If the accident occurs inside private premises, a building, a store, a school, for example, report it to the owner or manager. Do not ignore the pain in your ankle, knee, back or other body part. It may or may not be fractured. But, even if there is no fracture, I have seen many soft tissue injuries that result in a lifetime of pain and disability. Sometimes, soft tissue injuries may require significant surgical procedures or years of medical care to correct them or make them tolerable.

No matter where you are injured; no matter the circumstances, remember to ask for help. Let someone call the police. Let someone call you an ambulance. The police will generate a report as to where, when, and what happened. The ambulance will document where you were picked up and what your physical complaints were.

If you are eventually injury free, if you do go to the emergency room and feel better a few hours later, terrific! Then, you will not need any of the documentation and you will not need my legal services. However, if you do not recover shortly and you need to proceed with legal action, that documentation will be regarded as important evidence.

Report your accident. Document the location and the cause of the accident. Make sure your physical complaints and injuries are made known to emergency care professionals.

When It Comes To Medical Treatment, More Is Not Always Better

Excerpt From Richard Noll’s Book, The Dirty Dozen; 12 Mistakes To Avoid In Your New York Accident Case
Mistake #5: Receiving excessive, unnecessary and useless medical treatments and diagnostic tests.

When you’ve been the victim of a personal injury, often you will be brought to a hospital for emergency care; to make certain that you are not in any danger. After you have been discharged, you then begin regular treatment with a medical professional for your specific injuries. If you do not need further medical care, it is likely that your injury does not warrant hiring a personal injury attorney.

Whether the doctor you see after your hospital discharge is your primary care physician, a chiropractor, a board certified specialist referred by the hospital or your PCP, or a local trauma clinic, all of these medical providers will perform the same initial assessment of your condition. After culling all of your biological and insurance information, he or she will take a history of what happened to you in the accident and note whatever pain your are experiencing. He or she also will take a prior medical history which is crucial in determining whether your pain is or is not a result of your accident. The doctor then will perform an initial physical examination, touching you and asking you to move in specific ways.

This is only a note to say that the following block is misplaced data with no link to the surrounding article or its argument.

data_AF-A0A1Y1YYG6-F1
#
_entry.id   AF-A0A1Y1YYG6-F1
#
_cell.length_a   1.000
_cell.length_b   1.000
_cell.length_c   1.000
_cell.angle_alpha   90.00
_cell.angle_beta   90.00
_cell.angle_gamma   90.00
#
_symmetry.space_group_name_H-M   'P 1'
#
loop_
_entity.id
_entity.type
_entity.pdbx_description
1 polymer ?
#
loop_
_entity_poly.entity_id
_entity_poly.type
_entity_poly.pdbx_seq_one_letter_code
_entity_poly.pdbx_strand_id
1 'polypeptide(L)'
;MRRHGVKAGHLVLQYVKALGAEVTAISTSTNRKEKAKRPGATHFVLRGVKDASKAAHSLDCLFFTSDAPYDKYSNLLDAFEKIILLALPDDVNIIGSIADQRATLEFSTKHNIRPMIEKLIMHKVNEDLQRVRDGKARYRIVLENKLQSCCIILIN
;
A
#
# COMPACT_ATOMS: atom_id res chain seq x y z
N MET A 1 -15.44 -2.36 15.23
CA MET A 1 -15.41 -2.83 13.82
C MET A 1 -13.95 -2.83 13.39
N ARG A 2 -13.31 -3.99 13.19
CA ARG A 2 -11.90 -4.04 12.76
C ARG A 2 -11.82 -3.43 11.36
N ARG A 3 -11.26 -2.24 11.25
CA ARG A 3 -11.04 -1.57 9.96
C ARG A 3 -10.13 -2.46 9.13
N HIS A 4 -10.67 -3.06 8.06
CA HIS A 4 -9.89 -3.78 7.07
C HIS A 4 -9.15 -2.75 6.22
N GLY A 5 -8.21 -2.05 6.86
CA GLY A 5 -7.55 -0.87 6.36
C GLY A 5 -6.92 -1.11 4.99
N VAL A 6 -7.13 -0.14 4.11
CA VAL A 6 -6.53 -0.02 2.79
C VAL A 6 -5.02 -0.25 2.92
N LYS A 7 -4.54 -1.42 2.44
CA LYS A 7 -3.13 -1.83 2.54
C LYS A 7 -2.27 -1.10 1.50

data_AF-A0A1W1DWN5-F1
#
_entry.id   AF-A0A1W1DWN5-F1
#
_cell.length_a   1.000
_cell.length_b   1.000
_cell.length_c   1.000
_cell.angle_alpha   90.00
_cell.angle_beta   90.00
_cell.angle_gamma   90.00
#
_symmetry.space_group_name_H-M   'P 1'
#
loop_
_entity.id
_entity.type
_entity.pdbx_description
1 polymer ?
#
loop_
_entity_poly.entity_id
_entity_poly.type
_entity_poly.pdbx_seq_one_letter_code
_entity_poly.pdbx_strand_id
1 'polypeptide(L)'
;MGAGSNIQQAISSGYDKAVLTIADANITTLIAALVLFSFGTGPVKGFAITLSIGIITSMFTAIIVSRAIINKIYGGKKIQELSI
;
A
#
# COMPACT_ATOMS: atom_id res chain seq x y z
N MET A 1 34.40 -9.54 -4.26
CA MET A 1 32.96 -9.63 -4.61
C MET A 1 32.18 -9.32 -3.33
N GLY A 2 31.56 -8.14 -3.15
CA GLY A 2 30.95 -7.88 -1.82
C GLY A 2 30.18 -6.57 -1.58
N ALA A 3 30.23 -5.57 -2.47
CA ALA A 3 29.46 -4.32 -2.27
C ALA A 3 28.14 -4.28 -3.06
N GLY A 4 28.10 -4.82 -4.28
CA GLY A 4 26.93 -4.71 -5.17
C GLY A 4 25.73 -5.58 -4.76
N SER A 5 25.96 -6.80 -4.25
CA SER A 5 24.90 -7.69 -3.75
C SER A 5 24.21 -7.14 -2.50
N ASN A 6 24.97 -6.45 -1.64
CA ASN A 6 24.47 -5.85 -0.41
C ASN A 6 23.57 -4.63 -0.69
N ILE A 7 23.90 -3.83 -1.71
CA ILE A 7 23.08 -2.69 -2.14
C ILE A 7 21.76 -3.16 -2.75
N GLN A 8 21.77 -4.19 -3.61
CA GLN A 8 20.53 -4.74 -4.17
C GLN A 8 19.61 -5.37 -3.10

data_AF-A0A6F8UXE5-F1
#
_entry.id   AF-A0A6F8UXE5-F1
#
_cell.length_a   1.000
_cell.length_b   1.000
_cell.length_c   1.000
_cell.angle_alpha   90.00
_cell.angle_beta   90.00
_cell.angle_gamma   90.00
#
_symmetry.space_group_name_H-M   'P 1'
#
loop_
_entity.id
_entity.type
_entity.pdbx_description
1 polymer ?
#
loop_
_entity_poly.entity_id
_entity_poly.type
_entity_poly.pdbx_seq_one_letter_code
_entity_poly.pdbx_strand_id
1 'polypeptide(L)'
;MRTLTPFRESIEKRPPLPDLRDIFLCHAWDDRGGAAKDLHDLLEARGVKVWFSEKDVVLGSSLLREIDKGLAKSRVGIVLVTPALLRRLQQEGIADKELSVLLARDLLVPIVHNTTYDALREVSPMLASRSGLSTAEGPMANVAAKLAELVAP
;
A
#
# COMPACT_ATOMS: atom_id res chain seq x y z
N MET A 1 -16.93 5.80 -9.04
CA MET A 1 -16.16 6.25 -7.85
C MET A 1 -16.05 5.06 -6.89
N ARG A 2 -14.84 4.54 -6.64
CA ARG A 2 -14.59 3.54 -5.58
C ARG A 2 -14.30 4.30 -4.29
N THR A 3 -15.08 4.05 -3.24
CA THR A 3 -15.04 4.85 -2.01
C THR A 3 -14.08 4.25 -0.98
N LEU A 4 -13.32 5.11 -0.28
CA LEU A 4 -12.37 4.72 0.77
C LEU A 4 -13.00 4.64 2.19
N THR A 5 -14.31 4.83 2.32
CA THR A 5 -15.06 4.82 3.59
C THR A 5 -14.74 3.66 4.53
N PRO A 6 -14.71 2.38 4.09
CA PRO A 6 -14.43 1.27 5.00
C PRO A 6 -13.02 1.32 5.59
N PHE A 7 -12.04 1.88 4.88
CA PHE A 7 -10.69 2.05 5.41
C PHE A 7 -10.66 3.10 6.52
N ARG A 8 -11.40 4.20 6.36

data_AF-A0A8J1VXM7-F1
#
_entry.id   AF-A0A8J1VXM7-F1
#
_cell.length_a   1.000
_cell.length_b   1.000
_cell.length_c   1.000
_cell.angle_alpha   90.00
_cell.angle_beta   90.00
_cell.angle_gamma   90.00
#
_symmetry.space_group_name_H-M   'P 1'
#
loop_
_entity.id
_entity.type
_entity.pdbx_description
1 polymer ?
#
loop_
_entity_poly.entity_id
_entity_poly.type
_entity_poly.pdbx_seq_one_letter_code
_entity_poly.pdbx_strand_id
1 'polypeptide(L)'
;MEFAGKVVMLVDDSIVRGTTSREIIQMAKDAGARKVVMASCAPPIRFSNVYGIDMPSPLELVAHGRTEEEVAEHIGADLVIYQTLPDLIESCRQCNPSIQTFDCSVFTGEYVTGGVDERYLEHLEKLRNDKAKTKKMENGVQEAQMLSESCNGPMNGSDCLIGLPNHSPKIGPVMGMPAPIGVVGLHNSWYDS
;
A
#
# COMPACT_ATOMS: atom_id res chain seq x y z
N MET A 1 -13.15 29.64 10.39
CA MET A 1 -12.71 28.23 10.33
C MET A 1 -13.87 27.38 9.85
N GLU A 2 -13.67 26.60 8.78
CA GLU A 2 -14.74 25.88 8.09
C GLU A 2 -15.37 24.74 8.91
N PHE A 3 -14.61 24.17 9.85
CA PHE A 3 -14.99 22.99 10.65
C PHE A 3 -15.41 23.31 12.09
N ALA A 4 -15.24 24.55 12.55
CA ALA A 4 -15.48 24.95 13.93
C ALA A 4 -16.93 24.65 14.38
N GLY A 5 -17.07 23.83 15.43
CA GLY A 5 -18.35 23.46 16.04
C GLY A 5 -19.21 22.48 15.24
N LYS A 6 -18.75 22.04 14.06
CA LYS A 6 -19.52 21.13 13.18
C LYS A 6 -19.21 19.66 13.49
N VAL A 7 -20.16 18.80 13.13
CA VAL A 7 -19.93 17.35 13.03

Depending upon your complaints of pain and the results of the initial physical examination, the doctor may refer you for preliminary diagnostic testing such as x-rays. All of this information assists the doctor in forming a working diagnosis of your condition. That working diagnosis forms the basis for future diagnostic studies as well as a plan for your treatment and care.

Problems can arise when your medical provider is more interested in performing medical services and diagnostic studies with which to bill the insurance carrier than he or she is in considering what treatment you really need. You might ask, ‘how can this hurt my personal injury claim? After all, the higher the medical bills, the more serious your injury must be, right? Well, no.

In fact, today we live in an age where the typical juror is naturally suspicious of personal injury claims to begin with. They may even sit in the jury box worrying about how claims like yours will adversely affect their insurance premiums and their property taxes. Often, they believe that we should all look out for ourselves, and not ‘blame the other guy’ for our injuries, regardless of how severe.

When this type of juror perceives that doctors and lawyers are claiming that every ache and pain experienced by their client is the result of this one particular accident, or that doctors are performing tests and treatment that may not be relevant or helpful to the patient’s care, the juror begins to doubt their professional credibility. If your doctor loses credibility, so do you, and so does your personal injury case.